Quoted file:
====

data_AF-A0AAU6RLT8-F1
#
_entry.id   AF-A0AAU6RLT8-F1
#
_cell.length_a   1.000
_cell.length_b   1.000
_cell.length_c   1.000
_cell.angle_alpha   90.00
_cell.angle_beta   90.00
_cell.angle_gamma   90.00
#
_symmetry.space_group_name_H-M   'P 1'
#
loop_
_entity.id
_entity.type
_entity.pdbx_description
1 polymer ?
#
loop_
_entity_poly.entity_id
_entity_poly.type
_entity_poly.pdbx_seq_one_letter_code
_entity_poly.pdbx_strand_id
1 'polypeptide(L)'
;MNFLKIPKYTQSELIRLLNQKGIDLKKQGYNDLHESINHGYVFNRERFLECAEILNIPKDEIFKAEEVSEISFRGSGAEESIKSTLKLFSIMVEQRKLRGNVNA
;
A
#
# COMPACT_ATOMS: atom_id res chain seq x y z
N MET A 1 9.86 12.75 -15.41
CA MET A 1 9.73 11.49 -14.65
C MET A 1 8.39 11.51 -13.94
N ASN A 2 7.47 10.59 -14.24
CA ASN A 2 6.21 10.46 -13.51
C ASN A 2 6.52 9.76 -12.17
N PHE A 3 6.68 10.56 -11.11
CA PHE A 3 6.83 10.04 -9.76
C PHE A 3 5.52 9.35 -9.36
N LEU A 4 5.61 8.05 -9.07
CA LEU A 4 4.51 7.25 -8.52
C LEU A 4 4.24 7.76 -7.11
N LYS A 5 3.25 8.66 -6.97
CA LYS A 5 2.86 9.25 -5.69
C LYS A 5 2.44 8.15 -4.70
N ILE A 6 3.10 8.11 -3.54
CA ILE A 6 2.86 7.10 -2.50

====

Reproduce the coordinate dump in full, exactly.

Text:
data_AF-A0AAU6RLT8-F1
#
_entry.id   AF-A0AAU6RLT8-F1
#
_cell.length_a   1.000
_cell.length_b   1.000
_cell.length_c   1.000
_cell.angle_alpha   90.00
_cell.angle_beta   90.00
_cell.angle_gamma   90.00
#
_symmetry.space_group_name_H-M   'P 1'
#
loop_
_entity.id
_entity.type
_entity.pdbx_description
1 polymer ?
#
loop_
_entity_poly.entity_id
_entity_poly.type
_entity_poly.pdbx_seq_one_letter_code
_entity_poly.pdbx_strand_id
1 'polypeptide(L)'
;MNFLKIPKYTQSELIRLLNQKGIDLKKQGYNDLHESINHGYVFNRERFLECAEILNIPKDEIFKAEEVSEISFRGSGAEESIKSTLKLFSIMVEQRKLRGNVNA
;
A
#
# COMPACT_ATOMS: atom_id res chain seq x y z
N MET A 1 9.86 12.75 -15.41
CA MET A 1 9.73 11.49 -14.65
C MET A 1 8.39 11.51 -13.94
N ASN A 2 7.47 10.59 -14.24
CA ASN A 2 6.21 10.46 -13.51
C ASN A 2 6.52 9.76 -12.17
N PHE A 3 6.68 10.56 -11.11
CA PHE A 3 6.83 10.04 -9.76
C PHE A 3 5.52 9.35 -9.36
N LEU A 4 5.61 8.05 -9.07
CA LEU A 4 4.51 7.25 -8.52
C LEU A 4 4.24 7.76 -7.11
N LYS A 5 3.25 8.66 -6.97
CA LYS A 5 2.86 9.25 -5.69
C LYS A 5 2.44 8.15 -4.70
N ILE A 6 3.10 8.11 -3.54
CA ILE A 6 2.86 7.10 -2.50